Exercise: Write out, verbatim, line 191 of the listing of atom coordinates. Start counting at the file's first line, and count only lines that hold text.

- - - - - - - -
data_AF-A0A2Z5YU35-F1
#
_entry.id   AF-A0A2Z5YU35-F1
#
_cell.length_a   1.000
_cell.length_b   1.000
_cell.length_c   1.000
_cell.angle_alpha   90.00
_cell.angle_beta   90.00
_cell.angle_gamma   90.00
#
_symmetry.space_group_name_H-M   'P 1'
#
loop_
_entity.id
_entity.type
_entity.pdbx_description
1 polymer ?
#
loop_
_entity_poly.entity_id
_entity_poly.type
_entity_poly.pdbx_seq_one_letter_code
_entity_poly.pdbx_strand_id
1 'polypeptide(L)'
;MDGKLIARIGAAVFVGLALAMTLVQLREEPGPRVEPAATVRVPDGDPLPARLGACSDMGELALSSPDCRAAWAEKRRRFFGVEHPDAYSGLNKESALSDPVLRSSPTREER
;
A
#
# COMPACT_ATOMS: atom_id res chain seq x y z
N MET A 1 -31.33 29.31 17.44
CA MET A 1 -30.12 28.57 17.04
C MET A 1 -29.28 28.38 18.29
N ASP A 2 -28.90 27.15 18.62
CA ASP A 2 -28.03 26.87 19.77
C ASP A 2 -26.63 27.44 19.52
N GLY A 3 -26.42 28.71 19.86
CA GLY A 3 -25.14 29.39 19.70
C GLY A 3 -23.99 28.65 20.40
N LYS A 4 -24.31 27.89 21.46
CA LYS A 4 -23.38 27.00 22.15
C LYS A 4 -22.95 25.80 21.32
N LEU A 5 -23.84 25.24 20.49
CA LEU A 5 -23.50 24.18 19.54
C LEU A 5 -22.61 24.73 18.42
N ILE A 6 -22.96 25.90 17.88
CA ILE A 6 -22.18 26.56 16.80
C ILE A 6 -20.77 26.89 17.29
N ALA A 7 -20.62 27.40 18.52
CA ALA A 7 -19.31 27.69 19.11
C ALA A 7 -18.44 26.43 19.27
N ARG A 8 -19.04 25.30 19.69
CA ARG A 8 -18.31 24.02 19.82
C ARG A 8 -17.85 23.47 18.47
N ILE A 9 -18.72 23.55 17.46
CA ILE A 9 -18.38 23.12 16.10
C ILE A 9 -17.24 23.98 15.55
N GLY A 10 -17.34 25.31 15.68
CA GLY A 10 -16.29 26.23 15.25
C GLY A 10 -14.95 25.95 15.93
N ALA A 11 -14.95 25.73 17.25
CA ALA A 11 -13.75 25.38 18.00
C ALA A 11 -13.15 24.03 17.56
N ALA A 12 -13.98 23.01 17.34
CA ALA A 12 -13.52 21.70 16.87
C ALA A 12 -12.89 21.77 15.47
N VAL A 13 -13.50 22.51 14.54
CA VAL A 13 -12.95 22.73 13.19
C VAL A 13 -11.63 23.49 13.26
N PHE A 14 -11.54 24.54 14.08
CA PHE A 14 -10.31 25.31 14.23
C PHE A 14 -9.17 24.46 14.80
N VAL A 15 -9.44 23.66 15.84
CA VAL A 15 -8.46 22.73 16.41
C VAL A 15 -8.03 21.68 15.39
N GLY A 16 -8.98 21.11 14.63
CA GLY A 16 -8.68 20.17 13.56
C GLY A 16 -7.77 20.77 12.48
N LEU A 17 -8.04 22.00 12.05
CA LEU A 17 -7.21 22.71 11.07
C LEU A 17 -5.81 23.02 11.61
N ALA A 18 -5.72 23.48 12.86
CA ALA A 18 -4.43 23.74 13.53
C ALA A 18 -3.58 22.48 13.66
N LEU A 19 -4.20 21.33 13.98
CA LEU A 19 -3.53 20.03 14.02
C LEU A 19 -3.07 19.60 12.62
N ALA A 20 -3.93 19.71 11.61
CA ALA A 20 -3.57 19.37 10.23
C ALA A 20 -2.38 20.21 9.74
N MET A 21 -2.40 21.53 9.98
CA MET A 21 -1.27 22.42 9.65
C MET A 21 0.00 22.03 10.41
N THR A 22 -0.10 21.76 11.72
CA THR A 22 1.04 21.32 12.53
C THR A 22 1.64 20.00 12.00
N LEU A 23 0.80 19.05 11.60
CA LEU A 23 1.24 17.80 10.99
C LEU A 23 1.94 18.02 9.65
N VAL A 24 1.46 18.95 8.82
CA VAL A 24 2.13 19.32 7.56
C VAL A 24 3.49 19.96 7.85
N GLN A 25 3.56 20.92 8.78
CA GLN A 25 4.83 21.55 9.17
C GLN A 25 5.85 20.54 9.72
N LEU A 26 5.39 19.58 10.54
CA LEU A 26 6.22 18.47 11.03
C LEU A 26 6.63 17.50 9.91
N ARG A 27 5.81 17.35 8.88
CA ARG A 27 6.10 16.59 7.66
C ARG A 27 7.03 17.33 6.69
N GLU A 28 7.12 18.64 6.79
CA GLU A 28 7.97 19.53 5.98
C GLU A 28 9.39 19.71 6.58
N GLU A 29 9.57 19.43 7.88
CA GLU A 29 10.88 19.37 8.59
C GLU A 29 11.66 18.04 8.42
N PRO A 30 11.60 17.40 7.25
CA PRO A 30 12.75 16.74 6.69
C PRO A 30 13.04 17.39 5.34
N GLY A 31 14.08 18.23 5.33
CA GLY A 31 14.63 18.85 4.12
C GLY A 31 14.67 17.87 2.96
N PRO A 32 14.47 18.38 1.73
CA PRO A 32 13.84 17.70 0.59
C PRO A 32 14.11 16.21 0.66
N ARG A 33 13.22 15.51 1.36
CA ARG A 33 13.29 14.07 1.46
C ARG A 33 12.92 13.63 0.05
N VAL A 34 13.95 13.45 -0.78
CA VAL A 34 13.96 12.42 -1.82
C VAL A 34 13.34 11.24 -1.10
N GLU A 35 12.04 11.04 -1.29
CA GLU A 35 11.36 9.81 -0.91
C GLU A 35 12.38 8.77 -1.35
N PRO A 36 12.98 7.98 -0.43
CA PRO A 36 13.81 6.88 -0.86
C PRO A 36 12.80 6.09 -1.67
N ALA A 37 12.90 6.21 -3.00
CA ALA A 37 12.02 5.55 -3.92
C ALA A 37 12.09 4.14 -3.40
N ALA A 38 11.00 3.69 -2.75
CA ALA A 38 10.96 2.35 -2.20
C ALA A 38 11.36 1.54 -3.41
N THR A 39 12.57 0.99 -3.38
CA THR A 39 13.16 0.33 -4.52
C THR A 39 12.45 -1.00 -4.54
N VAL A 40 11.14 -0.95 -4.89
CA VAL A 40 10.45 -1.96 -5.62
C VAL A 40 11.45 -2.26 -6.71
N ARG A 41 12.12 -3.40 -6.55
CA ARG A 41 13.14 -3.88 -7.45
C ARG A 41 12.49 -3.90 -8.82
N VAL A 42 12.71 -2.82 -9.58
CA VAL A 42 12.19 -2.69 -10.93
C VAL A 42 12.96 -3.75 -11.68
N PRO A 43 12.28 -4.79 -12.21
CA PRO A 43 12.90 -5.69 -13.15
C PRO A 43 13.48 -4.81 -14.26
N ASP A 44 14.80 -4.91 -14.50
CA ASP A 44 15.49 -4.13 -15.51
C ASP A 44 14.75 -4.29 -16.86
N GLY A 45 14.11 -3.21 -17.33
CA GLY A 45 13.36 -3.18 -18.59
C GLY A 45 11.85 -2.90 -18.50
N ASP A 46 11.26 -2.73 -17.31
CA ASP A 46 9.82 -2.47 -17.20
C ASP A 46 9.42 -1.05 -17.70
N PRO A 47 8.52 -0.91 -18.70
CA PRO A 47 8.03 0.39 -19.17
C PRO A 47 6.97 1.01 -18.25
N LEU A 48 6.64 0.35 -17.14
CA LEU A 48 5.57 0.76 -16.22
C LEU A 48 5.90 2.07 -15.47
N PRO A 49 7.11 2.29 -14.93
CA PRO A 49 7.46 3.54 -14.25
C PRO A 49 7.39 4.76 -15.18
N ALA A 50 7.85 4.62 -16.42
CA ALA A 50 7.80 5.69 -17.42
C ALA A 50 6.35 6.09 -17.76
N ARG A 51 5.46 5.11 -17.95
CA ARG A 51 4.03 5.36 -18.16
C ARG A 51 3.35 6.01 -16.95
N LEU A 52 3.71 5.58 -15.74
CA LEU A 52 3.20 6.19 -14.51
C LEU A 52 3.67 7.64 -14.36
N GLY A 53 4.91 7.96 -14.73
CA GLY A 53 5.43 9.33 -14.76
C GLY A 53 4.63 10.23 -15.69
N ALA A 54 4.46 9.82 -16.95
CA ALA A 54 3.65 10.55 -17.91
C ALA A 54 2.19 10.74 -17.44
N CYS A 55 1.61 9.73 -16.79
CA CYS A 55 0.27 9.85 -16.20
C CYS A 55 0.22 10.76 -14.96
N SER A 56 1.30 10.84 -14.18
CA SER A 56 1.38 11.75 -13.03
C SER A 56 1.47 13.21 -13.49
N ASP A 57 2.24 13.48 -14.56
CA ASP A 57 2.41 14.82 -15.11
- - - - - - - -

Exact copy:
CA ALA A 54 3.65 10.55 -17.91